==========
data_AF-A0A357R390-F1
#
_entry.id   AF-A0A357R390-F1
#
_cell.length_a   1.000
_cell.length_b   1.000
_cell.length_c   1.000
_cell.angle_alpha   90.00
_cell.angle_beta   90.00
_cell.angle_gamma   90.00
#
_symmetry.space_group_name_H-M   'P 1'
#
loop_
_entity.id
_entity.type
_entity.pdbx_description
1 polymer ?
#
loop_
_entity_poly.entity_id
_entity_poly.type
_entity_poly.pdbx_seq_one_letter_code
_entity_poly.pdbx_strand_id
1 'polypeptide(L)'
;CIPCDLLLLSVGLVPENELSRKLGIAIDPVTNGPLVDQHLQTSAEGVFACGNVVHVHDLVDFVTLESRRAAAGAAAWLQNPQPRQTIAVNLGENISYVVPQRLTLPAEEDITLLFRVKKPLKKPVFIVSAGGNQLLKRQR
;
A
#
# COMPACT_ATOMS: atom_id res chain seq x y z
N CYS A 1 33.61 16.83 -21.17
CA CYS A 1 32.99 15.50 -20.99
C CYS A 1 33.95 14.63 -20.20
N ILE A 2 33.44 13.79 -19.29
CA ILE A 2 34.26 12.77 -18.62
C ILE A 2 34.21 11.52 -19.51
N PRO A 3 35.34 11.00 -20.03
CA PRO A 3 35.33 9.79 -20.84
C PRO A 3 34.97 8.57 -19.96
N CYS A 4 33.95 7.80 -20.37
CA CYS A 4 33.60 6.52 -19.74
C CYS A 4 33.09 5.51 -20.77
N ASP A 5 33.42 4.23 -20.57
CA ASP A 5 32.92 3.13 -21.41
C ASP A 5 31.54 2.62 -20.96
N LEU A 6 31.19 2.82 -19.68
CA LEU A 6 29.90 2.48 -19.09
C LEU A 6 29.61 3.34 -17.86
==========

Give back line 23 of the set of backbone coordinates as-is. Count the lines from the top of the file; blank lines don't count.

_entity_poly.pdbx_seq_one_letter_code